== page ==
The Air BnB I stayed at near Big Cypress National Preserve had canoes and kayaks for the use of guests. I used a canoe rather than a kayak because I needed the additional space afforded by the canoe for my camera gear. The first canoe paddle rendered some of the images in the previous post, the following pictures are from the Turner River Canoe Trail.
Foggy morning on the Turner Canoe Trail, north of the Turner River Canoe Trail launch area.
Magnificent Bald Cypress(Taxodium distichum) on the Turner Canoe Trail, a part of the Big Cypress National Preserve.
Anhinga perched in a tree on the Turner River Canoe Trail.
Gator eyeballing me as I drift by in my canoe.
Green Heron(Butorides virescens), in its hunting “zone”. It lies motionless, not a muscle or feather moving, even as I silently drift by within 4 meters.
A different Green Heron stalking fish on the Turner River.
Two Bald Eagles in courtship display high above the Turner River.
Curly-tailed Lizard(fLeiocephalus schreibersii). Introduced from the Dominican republic, this species is common in southern Florida.
My second paddle was on the 14.4 kilometer(9miles) long Halfway Creek/Loop Canoe Trail, which starts in the Big Cypress National Preserve and extends into the Everglades National Park. Though the Everglades are technically closed, entering the park from the water is legal. One cannot launch from a land access in the park. This was an adventure: at times the trail passed through very narrow tunnels of Mangroves, 2-5 meters wide.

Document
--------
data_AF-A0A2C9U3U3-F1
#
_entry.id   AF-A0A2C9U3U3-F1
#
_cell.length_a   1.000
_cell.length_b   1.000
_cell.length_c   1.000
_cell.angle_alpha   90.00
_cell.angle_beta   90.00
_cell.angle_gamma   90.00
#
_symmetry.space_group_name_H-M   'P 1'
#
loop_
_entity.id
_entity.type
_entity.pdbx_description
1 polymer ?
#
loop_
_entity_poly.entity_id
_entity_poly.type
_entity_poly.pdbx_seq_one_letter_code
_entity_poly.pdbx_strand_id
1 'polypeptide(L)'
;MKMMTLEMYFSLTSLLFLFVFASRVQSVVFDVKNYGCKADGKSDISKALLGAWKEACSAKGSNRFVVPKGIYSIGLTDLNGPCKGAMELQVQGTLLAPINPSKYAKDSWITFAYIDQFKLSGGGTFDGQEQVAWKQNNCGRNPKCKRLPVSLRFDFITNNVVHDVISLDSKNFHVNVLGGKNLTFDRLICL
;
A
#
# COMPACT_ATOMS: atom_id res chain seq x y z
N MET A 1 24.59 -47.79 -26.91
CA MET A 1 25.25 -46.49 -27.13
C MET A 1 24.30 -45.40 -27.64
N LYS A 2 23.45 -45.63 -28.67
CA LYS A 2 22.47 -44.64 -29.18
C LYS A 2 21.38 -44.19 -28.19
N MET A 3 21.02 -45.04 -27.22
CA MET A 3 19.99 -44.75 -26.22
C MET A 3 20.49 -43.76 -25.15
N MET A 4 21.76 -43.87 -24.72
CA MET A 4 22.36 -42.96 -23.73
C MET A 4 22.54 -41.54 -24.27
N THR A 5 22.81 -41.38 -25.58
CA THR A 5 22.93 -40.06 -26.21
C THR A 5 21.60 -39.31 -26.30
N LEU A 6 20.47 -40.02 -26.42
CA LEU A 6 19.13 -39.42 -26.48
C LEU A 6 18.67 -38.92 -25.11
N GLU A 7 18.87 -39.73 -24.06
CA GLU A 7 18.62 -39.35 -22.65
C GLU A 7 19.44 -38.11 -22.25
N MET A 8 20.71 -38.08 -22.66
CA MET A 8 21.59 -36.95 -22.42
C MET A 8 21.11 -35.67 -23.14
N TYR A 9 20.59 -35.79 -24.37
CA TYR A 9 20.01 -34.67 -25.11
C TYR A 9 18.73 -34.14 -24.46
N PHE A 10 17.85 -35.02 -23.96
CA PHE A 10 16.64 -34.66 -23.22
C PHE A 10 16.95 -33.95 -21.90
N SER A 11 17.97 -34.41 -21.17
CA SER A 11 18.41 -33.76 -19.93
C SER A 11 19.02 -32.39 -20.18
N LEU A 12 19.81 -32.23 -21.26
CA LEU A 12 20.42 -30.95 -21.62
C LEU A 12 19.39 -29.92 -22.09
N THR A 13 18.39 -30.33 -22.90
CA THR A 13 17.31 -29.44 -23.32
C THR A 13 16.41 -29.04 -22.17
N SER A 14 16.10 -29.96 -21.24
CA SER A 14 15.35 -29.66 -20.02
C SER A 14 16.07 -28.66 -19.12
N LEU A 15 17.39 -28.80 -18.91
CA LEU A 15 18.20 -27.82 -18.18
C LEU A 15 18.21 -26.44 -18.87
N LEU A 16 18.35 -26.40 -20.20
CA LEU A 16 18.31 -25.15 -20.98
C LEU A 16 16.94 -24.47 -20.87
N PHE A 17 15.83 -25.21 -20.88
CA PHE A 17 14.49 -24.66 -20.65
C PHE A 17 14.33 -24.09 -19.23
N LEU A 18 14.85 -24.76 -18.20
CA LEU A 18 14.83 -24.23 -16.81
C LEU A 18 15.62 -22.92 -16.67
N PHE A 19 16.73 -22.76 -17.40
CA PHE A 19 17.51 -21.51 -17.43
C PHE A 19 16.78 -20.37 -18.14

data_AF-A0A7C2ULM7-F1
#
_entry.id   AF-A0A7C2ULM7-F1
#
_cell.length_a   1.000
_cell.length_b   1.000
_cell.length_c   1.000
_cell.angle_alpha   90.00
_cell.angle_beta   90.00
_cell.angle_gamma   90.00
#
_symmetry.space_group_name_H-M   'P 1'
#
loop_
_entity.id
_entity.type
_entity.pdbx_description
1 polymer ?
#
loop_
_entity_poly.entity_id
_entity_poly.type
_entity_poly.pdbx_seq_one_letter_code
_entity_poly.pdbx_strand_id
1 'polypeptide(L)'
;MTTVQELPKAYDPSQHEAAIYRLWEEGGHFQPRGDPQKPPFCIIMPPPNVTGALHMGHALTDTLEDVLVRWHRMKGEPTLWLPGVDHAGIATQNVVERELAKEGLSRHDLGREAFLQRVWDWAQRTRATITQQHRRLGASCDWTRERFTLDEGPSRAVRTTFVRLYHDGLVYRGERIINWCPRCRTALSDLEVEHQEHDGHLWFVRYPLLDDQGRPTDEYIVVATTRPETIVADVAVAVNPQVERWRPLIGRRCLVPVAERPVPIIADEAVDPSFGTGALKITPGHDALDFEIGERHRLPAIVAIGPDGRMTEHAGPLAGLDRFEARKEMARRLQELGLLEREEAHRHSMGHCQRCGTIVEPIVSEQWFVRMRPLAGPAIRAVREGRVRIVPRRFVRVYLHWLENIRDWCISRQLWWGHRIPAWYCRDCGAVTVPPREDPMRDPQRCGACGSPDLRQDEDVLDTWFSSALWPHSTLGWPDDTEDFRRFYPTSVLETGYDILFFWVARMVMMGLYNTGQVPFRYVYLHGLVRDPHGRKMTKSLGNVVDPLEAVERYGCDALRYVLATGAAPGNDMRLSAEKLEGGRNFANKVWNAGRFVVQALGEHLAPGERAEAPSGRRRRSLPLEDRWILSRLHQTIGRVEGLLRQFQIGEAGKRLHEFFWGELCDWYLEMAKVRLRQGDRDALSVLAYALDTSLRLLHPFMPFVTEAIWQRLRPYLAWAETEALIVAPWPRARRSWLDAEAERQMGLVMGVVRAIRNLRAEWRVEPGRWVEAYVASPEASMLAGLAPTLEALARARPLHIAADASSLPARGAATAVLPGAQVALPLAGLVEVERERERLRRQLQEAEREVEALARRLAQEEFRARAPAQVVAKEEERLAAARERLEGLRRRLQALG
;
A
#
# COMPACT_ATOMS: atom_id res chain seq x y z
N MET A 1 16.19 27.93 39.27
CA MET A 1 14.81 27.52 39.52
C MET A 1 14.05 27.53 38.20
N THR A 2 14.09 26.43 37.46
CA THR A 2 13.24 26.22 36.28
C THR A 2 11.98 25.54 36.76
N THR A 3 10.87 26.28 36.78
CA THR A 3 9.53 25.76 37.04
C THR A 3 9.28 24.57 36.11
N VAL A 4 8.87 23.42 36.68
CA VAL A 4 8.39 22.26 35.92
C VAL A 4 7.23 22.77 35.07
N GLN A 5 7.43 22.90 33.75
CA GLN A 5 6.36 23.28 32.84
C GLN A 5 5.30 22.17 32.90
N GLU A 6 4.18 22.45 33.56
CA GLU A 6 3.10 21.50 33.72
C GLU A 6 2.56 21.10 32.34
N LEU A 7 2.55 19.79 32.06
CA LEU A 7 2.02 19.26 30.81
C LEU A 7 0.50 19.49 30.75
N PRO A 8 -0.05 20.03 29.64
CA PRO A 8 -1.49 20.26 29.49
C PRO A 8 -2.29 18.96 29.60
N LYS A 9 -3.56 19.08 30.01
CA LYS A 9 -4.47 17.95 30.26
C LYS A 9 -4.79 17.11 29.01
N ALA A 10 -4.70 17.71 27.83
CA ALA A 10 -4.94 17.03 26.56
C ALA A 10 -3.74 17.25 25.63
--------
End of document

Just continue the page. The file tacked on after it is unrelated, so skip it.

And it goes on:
Canal in the misty morning.
Two canoe fisherman on the canal that approachs the River Loop. It was early, they had no luck so far.
Great Blue Heron(Ardea herodias) adorning a dying Bald Cypress.
Mangroves, Bald Cypress, Palms on one of many broad expanses of brackish was on the River Loop.
Socially distancing clouds: they don’t want to catch anything.
Aerial roots from the mangroves help prop up branches, draw water from the river to support individual branches and the whole plant.
Waiting American Alligator(Alligator mississippiensis). Patiently awaiting a careless fish to get a little too close.